Women’s experiences of Domestic Violence and Abuse

What is domestic violence and abuse?

Domestic violence and abuse is not just about being ‘battered’ but is about being subjected to controlling and coercive behaviour (using force and threats to make someone do things they are unwilling to do). Abusive behaviour involves threats to harm the women or their families if they do not comply with their partner’s demands, as well as physical, financial, sexual and verbal abuse. It can involve having every aspect of a person’s life controlled by a partner or family member, so that they lose all confidence in themselves. The UK definition of domestic violence and abuse has recently been expanded to reflect our growing understanding of ‘coercive control’, which became a criminal offence in 2015 (see below). Anyone can experience domestic violence and abuse but the focus in this section of this section of the website is on women’s experiences. 

Domestic violence and abuse:
  • Affects around 4.6m women (28% of the adult population) in England and Wales in their lifetime, *1 and 13.2% of men.*2.
  • Leads to, on average, two women being murdered each week in England and Wales, and 19 men per year. *2
  • Accounts for 14.1% of all court prosecutions. *3

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Women in an abusive relationship or anyone with concerns can call the free 24-hour National Domestic Violence Helpline run in partnership between Women's Aid and Refuge
Professor Gene Feder is a general practitioner who leads the Domestic Violence Research Group in the School of Social and Community Medicine at Bristol University.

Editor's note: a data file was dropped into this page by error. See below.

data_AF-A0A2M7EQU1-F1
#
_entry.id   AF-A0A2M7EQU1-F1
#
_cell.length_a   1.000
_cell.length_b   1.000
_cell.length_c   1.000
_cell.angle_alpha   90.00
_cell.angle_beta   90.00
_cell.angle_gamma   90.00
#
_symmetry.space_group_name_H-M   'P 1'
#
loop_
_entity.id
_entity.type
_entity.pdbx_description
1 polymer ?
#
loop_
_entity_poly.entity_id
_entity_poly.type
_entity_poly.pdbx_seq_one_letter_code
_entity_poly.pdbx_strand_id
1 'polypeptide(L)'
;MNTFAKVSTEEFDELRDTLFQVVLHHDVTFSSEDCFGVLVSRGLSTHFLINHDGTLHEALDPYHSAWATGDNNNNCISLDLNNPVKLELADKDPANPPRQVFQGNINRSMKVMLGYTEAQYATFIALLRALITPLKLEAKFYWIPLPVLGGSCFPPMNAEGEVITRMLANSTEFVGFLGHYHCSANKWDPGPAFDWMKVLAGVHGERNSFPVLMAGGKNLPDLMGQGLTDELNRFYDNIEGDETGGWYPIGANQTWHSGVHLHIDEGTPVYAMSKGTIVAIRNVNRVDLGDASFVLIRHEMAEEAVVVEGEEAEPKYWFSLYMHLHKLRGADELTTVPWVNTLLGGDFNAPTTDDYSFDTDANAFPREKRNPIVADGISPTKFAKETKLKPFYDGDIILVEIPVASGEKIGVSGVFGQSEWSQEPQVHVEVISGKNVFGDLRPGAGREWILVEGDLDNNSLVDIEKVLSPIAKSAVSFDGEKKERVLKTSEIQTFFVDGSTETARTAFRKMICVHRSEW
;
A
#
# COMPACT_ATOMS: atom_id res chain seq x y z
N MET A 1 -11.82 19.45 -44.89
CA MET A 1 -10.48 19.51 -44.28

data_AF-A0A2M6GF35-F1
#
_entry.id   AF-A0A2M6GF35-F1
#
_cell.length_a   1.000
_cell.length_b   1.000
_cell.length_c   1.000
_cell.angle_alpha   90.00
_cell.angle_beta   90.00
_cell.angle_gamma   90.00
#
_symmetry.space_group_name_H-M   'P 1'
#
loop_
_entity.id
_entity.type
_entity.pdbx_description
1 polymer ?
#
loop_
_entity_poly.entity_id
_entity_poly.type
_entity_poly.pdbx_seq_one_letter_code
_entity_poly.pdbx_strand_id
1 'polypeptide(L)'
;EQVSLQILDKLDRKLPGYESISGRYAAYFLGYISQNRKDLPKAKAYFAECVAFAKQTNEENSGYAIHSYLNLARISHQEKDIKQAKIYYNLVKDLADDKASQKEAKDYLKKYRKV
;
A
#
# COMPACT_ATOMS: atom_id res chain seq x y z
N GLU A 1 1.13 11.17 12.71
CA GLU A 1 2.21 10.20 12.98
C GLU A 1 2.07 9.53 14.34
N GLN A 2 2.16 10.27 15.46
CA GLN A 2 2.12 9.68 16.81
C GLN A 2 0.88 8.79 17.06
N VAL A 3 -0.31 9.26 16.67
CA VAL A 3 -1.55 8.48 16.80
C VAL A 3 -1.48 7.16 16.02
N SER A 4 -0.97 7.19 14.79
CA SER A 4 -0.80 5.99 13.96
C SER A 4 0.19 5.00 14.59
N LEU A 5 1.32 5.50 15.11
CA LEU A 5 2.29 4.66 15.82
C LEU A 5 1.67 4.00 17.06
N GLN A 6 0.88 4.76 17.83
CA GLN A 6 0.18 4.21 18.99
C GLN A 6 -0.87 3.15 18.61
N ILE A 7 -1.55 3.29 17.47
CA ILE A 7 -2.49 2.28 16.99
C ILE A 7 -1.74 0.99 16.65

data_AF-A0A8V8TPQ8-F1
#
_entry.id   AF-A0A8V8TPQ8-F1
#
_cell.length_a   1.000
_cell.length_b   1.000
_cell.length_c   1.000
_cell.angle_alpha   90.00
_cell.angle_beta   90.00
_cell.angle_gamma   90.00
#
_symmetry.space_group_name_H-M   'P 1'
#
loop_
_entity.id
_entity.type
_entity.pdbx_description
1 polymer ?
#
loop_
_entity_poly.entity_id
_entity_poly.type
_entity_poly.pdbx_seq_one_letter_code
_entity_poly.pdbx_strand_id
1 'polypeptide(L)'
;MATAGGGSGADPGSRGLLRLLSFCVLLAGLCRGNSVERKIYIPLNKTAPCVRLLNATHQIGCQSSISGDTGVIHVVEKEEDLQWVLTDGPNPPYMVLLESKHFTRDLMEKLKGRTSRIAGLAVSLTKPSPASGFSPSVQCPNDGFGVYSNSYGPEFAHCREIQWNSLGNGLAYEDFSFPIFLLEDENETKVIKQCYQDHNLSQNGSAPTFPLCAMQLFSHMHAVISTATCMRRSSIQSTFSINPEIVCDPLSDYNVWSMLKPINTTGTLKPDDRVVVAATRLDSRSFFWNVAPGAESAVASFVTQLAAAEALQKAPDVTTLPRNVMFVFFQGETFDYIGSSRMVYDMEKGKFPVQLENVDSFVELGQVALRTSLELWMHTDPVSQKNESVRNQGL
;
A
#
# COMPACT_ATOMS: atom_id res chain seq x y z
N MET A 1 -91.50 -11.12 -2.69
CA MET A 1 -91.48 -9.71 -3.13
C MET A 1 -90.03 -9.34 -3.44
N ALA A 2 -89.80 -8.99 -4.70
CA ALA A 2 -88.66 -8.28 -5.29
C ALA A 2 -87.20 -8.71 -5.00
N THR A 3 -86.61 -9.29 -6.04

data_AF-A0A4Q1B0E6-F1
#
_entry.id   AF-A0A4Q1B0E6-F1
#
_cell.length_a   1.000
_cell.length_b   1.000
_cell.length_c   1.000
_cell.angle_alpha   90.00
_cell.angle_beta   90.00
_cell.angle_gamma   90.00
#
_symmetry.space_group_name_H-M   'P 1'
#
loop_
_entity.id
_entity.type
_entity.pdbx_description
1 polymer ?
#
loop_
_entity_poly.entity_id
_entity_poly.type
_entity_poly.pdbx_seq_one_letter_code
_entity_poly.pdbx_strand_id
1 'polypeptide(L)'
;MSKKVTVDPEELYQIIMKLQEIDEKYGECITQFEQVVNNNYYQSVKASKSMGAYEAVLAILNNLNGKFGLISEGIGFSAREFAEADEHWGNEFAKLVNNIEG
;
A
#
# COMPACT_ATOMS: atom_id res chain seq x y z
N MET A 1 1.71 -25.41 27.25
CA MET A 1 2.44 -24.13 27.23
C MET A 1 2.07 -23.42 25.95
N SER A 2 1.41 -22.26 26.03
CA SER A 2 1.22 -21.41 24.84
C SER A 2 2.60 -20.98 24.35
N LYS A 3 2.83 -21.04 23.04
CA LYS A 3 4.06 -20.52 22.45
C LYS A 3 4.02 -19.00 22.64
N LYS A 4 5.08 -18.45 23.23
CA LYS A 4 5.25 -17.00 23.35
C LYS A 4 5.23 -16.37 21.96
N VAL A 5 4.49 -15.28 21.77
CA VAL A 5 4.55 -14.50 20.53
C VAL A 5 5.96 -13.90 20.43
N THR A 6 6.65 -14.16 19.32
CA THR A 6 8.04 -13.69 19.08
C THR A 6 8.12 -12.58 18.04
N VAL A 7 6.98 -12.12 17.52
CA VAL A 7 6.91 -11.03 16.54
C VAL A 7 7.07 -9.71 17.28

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Dr Alison Gregory is a researcher at Bristol University, specialising in the impact of domestic violence and abuse on family and friends of victims.

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Definition of Domestic Violence and Abuse (UK Government 2013)
‘Any incident or pattern of incidents of controlling, coercive, threatening behaviour, violence or abuse between those aged 16 or over who are, or have been, intimate partners or family members regardless of gender or sexuality. The abuse can encompass, but is not limited to psychological, physical, sexual, financial and emotional abuse’.

Controlling behaviour
Controlling behaviour is a range of acts designed to make a person subordinate and/or dependent by isolating them from sources of support, exploiting their resources and capacities for personal gain, depriving them of the means needed for independence, resistance and escape and regulating their everyday behaviour.

Coercive behaviour
Coercive behaviour is an act or a pattern of acts of assault, threats, humiliation and intimidation or other abuse that is used to harm, punish, or frighten their victim.

Coercive or controlling behaviour offence
A coercive or controlling behaviour offence came into force in the UK in December 2015. It carries a maximum 5 years’ imprisonment, a fine or both. Victims who experience coercive and controlling behaviour that stops short of serious physical violence, but amounts to extreme psychological and emotional abuse, can bring their perpetrators to justice.

Abbreviations and definitions used in text:

IAPT: Improving Access to Psychological Therapies
JSA: Jobseeker's Allowance.
IDVA: Independent Domestic Violence Advocate.
MARAC: Multi-Agency Risk Assessment Conference.
IRIS: Identification and Referral to Improve Safety (IRIS): a general practice training and support programme.
Stockholm Syndrome: a psychological process in which hostages develop feelings of empathy and sympathy for their captors. Temporary lack of abuse can be interpreted as kindness and the person entrapped may become dependent on the person entrapping them. A similar process is thought to occur amongst women experiencing domestic abuse.


*1. SafeLives (n.d.) ‘How widespread is domestic abuse and what is the impact?’ (Accessed Nov 2016).

*2. Office for National Statistics (ONS) (2016) ‘Focus on Violent Crime and Sexual Offences: Year ending March 2015’. (Accessed Nov 2016).  

*3. Women’s Aid (2015) ‘How common is domestic abuse?’ 
(Accessed Nov 2016). 

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